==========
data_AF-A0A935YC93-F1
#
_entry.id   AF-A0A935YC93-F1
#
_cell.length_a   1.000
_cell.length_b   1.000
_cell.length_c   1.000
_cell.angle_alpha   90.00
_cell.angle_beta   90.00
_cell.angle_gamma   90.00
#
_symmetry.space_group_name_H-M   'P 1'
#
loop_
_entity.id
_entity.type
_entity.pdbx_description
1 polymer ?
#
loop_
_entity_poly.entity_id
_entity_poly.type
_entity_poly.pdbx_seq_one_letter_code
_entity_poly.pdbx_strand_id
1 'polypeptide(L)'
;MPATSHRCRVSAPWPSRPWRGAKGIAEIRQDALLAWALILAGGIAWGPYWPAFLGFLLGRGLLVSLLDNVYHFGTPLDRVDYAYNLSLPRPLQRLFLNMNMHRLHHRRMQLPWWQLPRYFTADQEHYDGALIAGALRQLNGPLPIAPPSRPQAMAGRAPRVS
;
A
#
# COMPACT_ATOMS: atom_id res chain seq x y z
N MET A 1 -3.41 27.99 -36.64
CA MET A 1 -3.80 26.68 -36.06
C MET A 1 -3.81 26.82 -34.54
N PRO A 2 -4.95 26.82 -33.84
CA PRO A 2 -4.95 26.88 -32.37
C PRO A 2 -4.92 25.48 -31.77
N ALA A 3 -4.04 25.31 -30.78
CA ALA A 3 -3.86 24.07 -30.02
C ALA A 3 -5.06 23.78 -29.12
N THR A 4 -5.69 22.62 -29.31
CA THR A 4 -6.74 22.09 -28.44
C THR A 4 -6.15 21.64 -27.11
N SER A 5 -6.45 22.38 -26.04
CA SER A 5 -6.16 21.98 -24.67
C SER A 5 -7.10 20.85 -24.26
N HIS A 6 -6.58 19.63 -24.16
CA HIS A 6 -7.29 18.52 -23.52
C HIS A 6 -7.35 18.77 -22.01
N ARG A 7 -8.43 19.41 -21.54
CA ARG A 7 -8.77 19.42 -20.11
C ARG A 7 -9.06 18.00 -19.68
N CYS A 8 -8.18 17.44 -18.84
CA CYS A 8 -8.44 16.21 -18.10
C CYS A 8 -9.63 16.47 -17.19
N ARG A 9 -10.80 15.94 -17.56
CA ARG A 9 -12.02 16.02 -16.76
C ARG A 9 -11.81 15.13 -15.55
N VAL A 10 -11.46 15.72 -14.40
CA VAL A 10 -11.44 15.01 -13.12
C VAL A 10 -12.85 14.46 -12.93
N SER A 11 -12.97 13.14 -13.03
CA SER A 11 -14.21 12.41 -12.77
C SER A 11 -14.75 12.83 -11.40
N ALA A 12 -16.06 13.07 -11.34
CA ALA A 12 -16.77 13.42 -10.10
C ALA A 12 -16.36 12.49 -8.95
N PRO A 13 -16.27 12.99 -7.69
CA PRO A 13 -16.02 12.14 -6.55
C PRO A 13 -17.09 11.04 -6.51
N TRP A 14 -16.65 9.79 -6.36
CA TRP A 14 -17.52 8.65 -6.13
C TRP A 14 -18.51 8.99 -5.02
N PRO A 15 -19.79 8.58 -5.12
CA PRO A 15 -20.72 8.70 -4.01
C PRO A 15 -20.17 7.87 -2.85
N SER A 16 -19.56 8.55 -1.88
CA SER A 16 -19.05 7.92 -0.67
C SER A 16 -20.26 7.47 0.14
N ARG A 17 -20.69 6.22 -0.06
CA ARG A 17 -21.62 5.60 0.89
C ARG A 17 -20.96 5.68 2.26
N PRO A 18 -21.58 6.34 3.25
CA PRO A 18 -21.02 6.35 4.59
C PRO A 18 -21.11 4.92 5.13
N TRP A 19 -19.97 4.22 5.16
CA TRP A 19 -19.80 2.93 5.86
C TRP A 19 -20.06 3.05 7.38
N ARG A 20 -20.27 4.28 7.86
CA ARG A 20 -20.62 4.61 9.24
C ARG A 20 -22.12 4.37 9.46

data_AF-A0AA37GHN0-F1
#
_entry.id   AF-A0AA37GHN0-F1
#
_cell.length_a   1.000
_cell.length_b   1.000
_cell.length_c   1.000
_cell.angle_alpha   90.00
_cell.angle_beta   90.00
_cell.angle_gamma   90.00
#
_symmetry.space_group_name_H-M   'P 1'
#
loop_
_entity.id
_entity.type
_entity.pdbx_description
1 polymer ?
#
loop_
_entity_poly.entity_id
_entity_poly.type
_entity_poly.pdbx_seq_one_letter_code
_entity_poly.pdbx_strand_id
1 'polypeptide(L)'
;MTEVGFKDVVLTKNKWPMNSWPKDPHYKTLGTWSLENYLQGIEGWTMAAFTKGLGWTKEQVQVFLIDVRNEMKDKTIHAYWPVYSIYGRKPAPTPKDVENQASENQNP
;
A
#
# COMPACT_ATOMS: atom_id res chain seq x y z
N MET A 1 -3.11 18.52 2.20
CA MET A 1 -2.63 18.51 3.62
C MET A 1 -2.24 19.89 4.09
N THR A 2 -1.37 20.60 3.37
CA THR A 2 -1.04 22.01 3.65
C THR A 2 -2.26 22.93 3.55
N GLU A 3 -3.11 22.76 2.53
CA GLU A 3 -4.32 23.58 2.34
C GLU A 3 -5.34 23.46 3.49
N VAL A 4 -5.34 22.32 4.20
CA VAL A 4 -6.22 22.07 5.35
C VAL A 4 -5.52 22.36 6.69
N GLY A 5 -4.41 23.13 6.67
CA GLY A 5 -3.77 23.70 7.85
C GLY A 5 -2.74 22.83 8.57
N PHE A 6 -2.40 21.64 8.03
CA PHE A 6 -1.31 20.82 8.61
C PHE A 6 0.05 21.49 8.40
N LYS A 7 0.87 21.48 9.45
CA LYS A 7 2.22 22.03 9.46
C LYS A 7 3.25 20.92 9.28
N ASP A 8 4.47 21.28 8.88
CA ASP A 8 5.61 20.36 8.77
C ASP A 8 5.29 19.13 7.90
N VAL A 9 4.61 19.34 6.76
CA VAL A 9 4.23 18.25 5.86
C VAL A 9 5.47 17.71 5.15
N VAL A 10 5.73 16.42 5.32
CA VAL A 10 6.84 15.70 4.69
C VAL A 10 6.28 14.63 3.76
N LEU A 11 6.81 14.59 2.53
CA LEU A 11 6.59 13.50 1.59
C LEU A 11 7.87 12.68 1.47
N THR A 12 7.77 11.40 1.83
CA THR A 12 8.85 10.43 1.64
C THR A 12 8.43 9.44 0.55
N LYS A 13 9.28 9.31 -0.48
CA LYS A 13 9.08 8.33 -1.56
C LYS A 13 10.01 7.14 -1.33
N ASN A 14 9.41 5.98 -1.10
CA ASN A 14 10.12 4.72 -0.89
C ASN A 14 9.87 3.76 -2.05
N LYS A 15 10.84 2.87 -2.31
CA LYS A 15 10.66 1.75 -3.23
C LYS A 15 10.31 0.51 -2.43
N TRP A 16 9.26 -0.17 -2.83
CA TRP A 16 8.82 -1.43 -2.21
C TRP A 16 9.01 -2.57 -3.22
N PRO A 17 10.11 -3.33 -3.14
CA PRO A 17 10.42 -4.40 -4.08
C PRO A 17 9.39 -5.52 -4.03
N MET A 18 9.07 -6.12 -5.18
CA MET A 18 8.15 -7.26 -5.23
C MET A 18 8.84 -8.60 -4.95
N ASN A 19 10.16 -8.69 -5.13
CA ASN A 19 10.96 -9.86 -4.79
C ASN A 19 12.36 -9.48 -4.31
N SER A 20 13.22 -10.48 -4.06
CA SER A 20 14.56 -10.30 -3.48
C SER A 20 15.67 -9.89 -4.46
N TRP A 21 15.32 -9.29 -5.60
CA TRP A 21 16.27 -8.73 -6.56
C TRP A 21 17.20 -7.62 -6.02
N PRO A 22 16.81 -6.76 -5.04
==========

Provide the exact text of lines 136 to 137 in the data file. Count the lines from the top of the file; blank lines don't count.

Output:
N PHE A 6 -2.40 21.64 8.03
CA PHE A 6 -1.31 20.82 8.61